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Egypt Amenhotep and the Bible

Amenhotep was the son of another Egyptian pharaoh named Amhose I. He came into power during the early part of the 15th century B.C. which is where he is found on the Biblical Timeline. Many speculate that he was a child when he took the throne. Scholars and historians cannot pinpoint the exact time of his reign because they are not able to accurately calculate the dates.

Historical records also point out the fact that his mother acted in his place as a ruler because of his extremely young age. When he was of age he married his sister Amhose-Meritamon. Amenhotep is also credited with subduing the Syrians early in his reign and as a result of his efforts he created an era of peace and prosperity which benefited all of the Egyptians.

During Amenhotep’s reign, he constructed many temples, public buildings and housing. The kingdom of Egypt wasn’t in any immediate threat from outside forces and invaders. Amenhotep had time to focus his efforts on building the Egyptian economy and infrastructure. He created the city which became known as modern day Luxor.

The Nile River was also used to expand trade within the area and to increase the revenues of the kingdom under his reign. He built a temple known as Malkata and the famous temple of Amun. He was also credited with creating artworks that would influence the New Kingdom and for creating two important literary pieces. One of these works was known as the Book of what is in the Underworld and this book influenced later Egyptian funeral rights. During his reign, the Ebers Papyrus was created and this was the foremost source of information for ancient Egyptian medical practices. Amenhotep supposedly had died from an unknown disease.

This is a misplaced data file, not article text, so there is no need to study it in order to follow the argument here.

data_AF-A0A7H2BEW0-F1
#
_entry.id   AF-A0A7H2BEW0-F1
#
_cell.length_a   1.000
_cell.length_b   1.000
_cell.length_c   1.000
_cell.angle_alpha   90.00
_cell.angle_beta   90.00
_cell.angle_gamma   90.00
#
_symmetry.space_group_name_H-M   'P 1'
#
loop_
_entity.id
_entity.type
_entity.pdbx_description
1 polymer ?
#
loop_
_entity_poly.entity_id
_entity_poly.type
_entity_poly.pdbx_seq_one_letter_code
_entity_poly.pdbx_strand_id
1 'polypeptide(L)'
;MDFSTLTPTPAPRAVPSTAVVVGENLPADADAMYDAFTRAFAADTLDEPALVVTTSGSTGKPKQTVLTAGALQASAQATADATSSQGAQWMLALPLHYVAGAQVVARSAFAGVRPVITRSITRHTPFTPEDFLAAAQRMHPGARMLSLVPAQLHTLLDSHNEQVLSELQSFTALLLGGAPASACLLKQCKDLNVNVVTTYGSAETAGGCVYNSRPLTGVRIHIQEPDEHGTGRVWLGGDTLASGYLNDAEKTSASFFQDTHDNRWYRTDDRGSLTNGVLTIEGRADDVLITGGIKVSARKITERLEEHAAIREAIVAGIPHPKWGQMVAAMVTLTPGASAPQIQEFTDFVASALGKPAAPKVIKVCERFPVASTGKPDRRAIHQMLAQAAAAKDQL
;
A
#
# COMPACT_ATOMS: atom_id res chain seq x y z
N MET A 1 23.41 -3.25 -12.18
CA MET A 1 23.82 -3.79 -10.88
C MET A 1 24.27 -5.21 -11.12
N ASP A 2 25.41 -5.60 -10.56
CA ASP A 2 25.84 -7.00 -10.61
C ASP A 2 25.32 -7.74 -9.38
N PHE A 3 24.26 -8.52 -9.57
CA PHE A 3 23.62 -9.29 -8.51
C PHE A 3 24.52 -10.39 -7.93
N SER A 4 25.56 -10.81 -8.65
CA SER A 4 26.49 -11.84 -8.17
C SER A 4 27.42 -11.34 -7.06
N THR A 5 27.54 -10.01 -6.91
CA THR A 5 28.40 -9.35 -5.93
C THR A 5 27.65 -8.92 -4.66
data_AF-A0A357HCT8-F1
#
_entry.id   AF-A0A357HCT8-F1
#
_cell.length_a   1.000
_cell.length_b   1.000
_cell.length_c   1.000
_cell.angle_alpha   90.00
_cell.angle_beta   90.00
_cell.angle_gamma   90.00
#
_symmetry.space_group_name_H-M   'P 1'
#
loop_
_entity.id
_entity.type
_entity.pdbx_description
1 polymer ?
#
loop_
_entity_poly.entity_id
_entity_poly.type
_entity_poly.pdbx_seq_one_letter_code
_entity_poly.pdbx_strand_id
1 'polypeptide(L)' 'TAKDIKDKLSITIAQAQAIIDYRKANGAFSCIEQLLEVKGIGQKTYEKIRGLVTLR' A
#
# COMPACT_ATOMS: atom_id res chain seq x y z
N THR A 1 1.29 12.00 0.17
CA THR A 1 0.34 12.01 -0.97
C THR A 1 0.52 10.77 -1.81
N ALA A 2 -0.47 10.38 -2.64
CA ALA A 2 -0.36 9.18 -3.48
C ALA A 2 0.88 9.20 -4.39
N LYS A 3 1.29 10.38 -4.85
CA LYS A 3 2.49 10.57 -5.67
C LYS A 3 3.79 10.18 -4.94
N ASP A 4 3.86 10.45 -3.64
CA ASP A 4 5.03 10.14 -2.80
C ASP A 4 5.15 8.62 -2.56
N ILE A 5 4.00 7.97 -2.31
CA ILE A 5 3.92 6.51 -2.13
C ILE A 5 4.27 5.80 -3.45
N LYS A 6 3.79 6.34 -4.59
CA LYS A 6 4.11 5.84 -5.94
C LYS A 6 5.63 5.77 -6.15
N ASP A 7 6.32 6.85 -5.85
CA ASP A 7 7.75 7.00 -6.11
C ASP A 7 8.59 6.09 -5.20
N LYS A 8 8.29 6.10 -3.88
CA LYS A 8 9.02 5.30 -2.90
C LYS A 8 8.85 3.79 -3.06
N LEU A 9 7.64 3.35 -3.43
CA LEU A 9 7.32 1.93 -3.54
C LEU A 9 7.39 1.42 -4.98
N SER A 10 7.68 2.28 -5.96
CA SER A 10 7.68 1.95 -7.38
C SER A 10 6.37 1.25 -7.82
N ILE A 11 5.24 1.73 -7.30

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Shortly after his death he was deified by some Egyptians and became the patron god of Deir el Medina which was the home to many artisans who worked in the Valley of the Kings. Amenhotep also had cultic following that sprang up once he was dead. He tried to make his tomb obscure in order to keep it hidden from grave robbers. His body was mummified and it was kept in perfect condition for many centuries. Once the New Kingdom had arrived his body was mummified once again in order to continue  to preserve its excellent condition.

Amenhotep also had a son that died early in childhood and since he didn’t have another heir to succeed his throne the position was given to a military commander named Thutmose. The reason why Thutmose had access to the throne was due to his marriage to Amenhotep’s sister.

During the 18th dynasty of rulers in Egypt, there were four pharaohs who were given the name of Amenhotep. Ahmose I started the line of succeeding rulers that had the name of Amenhotep and Amenhotep I was the succeeded his rule in 1524 B.C. Amenhotep II started his rule in 1424 B.C. and Amenhotep III took the throne in 1388 B.C. When the name Amenhotep is used by itself it usually indicates the first Amenhotep ruler during the 18th dynasty.